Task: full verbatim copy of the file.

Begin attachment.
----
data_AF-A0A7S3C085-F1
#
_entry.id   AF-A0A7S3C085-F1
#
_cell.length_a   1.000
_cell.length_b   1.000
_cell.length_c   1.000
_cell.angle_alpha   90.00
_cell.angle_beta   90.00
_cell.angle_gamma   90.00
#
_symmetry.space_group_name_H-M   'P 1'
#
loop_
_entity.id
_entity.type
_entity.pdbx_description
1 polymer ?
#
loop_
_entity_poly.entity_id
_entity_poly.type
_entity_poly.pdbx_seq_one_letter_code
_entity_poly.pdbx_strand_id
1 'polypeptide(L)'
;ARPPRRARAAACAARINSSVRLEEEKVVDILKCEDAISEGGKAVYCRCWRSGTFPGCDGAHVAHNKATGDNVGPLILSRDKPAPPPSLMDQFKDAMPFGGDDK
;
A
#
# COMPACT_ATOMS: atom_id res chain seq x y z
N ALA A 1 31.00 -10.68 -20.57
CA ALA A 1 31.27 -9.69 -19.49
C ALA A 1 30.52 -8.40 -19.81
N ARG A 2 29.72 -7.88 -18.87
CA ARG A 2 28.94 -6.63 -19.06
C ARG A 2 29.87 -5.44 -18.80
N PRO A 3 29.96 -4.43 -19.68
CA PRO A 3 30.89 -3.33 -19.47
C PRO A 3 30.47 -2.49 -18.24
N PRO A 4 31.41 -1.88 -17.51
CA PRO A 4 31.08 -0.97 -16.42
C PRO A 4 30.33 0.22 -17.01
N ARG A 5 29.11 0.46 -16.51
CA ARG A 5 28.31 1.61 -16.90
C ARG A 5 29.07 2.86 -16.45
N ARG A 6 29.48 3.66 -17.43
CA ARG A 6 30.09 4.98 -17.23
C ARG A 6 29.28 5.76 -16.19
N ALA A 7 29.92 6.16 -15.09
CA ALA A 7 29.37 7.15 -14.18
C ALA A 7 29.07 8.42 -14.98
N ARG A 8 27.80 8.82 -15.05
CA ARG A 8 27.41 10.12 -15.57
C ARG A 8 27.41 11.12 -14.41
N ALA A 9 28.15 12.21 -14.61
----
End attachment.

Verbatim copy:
data_AF-A0A7S3C085-F1
#
_entry.id   AF-A0A7S3C085-F1
#
_cell.length_a   1.000
_cell.length_b   1.000
_cell.length_c   1.000
_cell.angle_alpha   90.00
_cell.angle_beta   90.00
_cell.angle_gamma   90.00
#
_symmetry.space_group_name_H-M   'P 1'
#
loop_
_entity.id
_entity.type
_entity.pdbx_description
1 polymer ?
#
loop_
_entity_poly.entity_id
_entity_poly.type
_entity_poly.pdbx_seq_one_letter_code
_entity_poly.pdbx_strand_id
1 'polypeptide(L)'
;ARPPRRARAAACAARINSSVRLEEEKVVDILKCEDAISEGGKAVYCRCWRSGTFPGCDGAHVAHNKATGDNVGPLILSRDKPAPPPSLMDQFKDAMPFGGDDK
;
A
#
# COMPACT_ATOMS: atom_id res chain seq x y z
N ALA A 1 31.00 -10.68 -20.57
CA ALA A 1 31.27 -9.69 -19.49
C ALA A 1 30.52 -8.40 -19.81
N ARG A 2 29.72 -7.88 -18.87
CA ARG A 2 28.94 -6.63 -19.06
C ARG A 2 29.87 -5.44 -18.80
N PRO A 3 29.96 -4.43 -19.68
CA PRO A 3 30.89 -3.33 -19.47
C PRO A 3 30.47 -2.49 -18.24
N PRO A 4 31.41 -1.88 -17.51
CA PRO A 4 31.08 -0.97 -16.42
C PRO A 4 30.33 0.22 -17.01
N ARG A 5 29.11 0.46 -16.51
CA ARG A 5 28.31 1.61 -16.90
C ARG A 5 29.07 2.86 -16.45
N ARG A 6 29.48 3.66 -17.43
CA ARG A 6 30.09 4.98 -17.23
C ARG A 6 29.28 5.76 -16.19
N ALA A 7 29.92 6.16 -15.09
CA ALA A 7 29.37 7.15 -14.18
C ALA A 7 29.07 8.42 -14.98
N ARG A 8 27.80 8.82 -15.05
CA ARG A 8 27.41 10.12 -15.57
C ARG A 8 27.41 11.12 -14.41
N ALA A 9 28.15 12.21 -14.61